The IBC reports that rapid advances in genetics are making “designer babies” an increasing possibility, prompting calls among scientists and bioethicists for a wider public debate about the power of science to modify genetically human embryos in the laboratory, so as to control inherited traits, such as appearance and intelligence.

A new genome “editing” technique called CRISPR-Cas9 makes it possible for scientists to insert, remove and correct DNA simply and efficiently. It holds out the prospect of treating or even curing certain illnesses, such as sickle cell diseases, cystic fibrosis and some cancers. But germline editing can also make changes to DNA, such as determining a baby’s eye colour, easier for scientists working with human embryos, eggs and sperm.”

Honestly, I feel like this concern about people wanting “designer babies” may be overblown. We already allow many other interventions in human life, including IVF and donated embryos in reproduction, surgical enhancements, abortion, assisted suicide, and even gender change surgery, so I don’t see how this is any different. I doubt most people would choose to design their baby other than eliminating non-disease traits. But only time will tell. Gene therapy may be able to eliminate the need for expensive IVF and other fertility procedures.

Risks and controversies

And the following story of the Chinese scientist who altered the genes of embryos was quite controversial at the time, but will it become an accepted practice one day? The reason it was illegal is that altering the genes of germline cells, which are embryos, sperm or eggs, will have the effect of altering the genes of the future children and grandchildren and so on and therefore is seen as too risky. This risk is not present in altering cells that have already divided, which are called somatic cells. He was actually sentenced to 3 years in prison for what he did.2 Although his intentions seemed good, he did not follow the law. The children developed normally and have been born, but we will have to wait to see what the long term effects of his experiment will be.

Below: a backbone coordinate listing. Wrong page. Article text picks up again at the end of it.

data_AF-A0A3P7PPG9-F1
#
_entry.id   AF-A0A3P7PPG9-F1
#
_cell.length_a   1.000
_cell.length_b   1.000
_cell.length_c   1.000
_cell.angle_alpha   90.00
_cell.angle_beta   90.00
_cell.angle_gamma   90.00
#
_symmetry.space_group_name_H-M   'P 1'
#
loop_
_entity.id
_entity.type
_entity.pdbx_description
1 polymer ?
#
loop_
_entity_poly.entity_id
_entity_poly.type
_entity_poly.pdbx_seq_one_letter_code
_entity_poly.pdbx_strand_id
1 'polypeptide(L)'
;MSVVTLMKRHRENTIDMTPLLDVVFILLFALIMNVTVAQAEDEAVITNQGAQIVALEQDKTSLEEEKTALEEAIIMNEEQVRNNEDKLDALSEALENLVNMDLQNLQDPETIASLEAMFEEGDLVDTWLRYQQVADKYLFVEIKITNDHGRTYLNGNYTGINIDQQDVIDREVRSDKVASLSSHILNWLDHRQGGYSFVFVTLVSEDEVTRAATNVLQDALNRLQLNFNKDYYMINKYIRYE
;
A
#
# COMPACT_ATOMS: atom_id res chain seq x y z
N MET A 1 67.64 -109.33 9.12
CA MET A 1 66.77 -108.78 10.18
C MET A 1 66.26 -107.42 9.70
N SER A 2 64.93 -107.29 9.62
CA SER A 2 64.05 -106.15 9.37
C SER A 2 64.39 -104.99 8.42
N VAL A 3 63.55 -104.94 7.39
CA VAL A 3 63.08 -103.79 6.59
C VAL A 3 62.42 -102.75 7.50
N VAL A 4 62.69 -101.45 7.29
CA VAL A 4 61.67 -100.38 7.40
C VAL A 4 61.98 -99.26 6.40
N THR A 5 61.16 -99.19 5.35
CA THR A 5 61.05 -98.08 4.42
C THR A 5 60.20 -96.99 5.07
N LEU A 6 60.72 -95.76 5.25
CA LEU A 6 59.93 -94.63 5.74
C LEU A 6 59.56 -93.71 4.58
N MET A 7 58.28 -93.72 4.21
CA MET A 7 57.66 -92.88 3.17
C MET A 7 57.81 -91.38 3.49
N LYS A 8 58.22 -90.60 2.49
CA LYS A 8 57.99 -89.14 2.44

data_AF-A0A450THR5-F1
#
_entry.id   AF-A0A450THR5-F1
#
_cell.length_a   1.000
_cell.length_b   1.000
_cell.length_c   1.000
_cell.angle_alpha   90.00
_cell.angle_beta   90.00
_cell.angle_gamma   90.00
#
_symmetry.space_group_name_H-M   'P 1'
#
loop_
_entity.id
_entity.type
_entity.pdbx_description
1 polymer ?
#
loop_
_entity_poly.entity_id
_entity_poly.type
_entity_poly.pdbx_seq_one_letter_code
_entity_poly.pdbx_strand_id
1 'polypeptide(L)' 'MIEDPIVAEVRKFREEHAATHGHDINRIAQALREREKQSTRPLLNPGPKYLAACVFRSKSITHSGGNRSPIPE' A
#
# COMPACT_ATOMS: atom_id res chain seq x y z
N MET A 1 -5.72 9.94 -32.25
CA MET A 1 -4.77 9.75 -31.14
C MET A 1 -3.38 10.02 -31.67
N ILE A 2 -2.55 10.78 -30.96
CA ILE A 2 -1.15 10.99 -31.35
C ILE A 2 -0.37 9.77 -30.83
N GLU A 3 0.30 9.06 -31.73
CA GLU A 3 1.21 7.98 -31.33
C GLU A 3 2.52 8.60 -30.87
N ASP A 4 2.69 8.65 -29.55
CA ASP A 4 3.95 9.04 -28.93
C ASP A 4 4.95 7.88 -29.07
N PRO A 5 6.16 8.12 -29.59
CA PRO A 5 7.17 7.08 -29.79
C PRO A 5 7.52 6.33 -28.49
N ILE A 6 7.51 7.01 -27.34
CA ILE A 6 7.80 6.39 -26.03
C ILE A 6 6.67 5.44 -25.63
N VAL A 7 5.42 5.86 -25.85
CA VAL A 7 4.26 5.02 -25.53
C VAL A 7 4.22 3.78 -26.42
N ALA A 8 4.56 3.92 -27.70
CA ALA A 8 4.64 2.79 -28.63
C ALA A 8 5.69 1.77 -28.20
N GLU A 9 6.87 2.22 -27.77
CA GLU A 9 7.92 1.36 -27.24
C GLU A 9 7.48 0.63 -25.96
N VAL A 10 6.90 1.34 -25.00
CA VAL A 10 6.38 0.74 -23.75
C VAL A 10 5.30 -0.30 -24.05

The now infamous Chinese scientist created a sensation when he announced the birth of twin girls, whose genes had been altered using CRISPR technology, before an international conference in Hong Kong last November. He received intense criticism for violating scientific and ethical norms against starting a pregnancy with genetically modified human embryos, and Nature quickly decided not to proceed with peer review of the paper.

In November 2018, He announced that he had modified a key gene in a number of human embryos in a way thought to confer resistance to HIV. The modification might be passed on to the descendants of children born with it. He recruited couples in which the father was infected with HIV and the mother was not. In a talk at the International Summit on Human Genome Editing in Hong Kong, China, He said he wanted to spare the babies the possibility of becoming infected with HIV later in life. The technique could be used to reduce the HIV/AIDS disease burden in much of Africa, he argued, where those infected often face severe discrimination.